K: Check the Heatwave mixes and people like Swing Ting, Chris Goldfinger.

There’s been a lot of debate about people using dancehall as a jumping off point for experimentation, people like Palmistry, Gaika… what’s your take on ‘experimental’ dancehall?
K: Erm, I don’t know. I really liked the Palmistry album, I quite like his voice. Taking it to new places is fine as long as you acknowledge that you’re doing that.

I: I’ll be honest, I had critiques about the Palmistry album when it first came out but through time and realising that he uses it more as a soundscape… I don’t think he’d ever present his music as ‘dancehall’ he says its pop and goes from there… it’s great to see. There needs to be more experimentation in different ways. Take Equiknoxx for example if we’re going to talk about experimentation in dancehall, Equiknoxx have been some of our favourite producers for a long time, you look at their riddims from ten-twelve years ago they’re bashment riddims.

K: Yeah like one of the filthiest dancehall tunes from Aidonia is on an Equiknoxx riddim, ‘Sky Daggering Riddim’.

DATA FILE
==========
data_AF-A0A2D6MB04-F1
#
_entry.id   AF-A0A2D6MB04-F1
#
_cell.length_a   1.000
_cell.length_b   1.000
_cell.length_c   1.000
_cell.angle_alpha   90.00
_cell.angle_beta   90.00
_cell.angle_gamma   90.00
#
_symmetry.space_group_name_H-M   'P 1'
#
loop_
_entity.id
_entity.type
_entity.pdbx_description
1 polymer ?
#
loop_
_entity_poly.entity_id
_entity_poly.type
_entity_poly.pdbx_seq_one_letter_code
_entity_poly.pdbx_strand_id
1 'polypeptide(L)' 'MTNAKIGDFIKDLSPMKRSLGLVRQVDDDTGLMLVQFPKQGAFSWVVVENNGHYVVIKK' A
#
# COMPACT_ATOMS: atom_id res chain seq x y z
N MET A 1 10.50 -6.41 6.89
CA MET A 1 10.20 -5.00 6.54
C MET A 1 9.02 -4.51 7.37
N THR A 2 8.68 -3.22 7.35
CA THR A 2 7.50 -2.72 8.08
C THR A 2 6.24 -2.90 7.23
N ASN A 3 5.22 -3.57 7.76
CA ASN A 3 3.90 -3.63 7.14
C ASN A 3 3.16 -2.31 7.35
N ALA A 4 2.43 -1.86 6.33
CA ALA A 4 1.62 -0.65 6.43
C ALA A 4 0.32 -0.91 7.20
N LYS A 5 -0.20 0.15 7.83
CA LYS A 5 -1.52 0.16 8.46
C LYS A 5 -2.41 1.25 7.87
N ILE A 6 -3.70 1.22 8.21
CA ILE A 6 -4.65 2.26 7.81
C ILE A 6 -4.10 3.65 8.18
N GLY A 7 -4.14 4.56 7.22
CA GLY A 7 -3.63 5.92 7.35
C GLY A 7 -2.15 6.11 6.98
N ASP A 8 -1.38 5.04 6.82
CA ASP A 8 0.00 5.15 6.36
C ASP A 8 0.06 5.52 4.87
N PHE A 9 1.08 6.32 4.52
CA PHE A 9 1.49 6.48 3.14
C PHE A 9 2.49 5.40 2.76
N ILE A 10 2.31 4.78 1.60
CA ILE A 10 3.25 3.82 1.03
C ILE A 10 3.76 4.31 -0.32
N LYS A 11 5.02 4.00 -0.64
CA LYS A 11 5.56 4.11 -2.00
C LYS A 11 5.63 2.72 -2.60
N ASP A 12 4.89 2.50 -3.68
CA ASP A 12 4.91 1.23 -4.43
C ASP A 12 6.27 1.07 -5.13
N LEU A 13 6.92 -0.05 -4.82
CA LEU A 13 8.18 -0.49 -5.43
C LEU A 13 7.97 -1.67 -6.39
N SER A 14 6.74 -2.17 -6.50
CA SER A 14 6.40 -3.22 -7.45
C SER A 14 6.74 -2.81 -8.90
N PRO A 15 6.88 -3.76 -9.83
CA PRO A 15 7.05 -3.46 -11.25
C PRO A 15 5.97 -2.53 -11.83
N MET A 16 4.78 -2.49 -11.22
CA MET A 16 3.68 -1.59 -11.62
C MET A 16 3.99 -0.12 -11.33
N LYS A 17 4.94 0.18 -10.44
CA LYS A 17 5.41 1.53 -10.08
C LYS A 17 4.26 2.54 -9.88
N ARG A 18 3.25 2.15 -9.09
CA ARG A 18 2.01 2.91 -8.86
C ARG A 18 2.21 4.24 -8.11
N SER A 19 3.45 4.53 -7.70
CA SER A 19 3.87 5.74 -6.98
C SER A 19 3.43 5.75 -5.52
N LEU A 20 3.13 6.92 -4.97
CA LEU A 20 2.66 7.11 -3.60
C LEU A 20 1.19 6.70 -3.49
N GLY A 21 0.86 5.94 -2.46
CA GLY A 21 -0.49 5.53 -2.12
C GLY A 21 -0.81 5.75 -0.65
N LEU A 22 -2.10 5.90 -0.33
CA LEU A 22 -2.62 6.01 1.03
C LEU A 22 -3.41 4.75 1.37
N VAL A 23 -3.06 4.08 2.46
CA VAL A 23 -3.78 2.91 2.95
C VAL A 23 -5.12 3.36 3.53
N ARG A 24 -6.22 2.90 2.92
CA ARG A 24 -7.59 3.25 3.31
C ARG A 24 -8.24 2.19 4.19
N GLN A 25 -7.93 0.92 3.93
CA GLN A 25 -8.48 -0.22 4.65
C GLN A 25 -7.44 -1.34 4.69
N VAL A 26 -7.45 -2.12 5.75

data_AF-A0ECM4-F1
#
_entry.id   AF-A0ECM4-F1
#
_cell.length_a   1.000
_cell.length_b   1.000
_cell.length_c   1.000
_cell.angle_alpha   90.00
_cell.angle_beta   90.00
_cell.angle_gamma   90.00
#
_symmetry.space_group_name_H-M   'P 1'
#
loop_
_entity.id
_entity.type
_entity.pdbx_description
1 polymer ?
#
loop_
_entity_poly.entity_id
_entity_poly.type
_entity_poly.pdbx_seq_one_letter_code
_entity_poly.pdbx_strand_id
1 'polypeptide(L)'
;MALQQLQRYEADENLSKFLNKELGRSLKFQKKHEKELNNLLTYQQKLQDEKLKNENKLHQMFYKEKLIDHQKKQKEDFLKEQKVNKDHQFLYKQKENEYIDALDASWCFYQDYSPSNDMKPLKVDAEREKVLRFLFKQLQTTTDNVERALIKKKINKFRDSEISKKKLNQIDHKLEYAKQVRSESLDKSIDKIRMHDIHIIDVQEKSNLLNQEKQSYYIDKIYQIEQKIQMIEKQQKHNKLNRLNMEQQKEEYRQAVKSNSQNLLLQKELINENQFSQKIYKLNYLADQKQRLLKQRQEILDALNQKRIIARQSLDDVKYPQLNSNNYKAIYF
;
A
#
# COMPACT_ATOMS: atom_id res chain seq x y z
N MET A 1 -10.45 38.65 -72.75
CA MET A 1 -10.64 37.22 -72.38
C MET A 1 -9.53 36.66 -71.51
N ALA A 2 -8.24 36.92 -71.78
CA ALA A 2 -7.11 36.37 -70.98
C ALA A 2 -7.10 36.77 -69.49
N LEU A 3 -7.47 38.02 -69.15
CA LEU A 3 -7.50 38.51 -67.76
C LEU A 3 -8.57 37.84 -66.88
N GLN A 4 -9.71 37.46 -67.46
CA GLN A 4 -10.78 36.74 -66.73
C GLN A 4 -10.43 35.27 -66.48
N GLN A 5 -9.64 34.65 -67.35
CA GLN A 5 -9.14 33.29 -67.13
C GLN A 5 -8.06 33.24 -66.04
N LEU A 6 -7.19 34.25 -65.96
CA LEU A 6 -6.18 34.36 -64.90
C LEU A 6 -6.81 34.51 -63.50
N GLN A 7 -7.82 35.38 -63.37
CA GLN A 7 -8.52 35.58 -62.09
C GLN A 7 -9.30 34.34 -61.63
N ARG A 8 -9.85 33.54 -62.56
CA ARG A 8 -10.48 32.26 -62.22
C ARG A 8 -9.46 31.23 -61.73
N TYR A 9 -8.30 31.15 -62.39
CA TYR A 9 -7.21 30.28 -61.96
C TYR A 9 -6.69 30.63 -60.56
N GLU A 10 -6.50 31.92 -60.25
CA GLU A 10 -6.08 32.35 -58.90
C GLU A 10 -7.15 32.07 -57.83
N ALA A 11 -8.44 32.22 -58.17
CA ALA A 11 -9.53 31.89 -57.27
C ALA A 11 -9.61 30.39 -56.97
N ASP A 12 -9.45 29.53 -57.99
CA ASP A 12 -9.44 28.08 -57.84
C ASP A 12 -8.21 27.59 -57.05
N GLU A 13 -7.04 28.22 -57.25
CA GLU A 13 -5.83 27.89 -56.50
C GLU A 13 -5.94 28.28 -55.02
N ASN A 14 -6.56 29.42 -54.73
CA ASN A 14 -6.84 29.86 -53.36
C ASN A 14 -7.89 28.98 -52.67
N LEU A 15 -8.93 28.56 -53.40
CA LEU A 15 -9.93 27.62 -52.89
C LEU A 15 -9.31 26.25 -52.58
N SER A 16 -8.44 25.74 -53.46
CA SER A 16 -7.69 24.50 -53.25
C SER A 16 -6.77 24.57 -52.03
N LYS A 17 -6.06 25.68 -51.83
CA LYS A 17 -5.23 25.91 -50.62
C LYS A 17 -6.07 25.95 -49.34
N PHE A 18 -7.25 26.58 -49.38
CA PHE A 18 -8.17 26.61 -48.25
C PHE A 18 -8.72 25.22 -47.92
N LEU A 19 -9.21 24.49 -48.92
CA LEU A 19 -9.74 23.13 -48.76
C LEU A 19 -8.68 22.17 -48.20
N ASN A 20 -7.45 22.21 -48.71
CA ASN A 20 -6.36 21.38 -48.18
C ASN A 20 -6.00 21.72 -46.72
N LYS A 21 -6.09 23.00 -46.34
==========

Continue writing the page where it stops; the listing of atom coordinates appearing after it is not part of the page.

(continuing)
I: From that, to where they are now it’s very different but it’s also still Equiknoxx, there’s still the same bird noises from back then. I think Jamaica has always had that experimentation, they’ve had more club music out of the island that hasn’t been as well publicised. We’re seeing more experimentation across the world.

K: Because it’s got so commercial it’s opening more doors to be experimental and still get club play.

What’s the best dance that you’ve played together?
I: Both times we’ve played Notting Hill Carnival, they were both on my birthday or around then so its great, first time with Toddla T and then playing on a truck with Soca legends.

K: Like Bunjie Garlin and Fay-Ann Lyons, just being on that truck was so overwhelming. The soundsystem was so massive and there was just a see of people behind us.

What’s the track in your set that’s shutting things down?
K: I’m gonna say one that I think is going to be big which is Tiger Paw – ‘Applause Ha’ it’s a flip of applause riddim.

Catch Hipsters Don’t Dance on NTS Radio tomorrow night from 5 PM. 

All photography Zac Mahrouche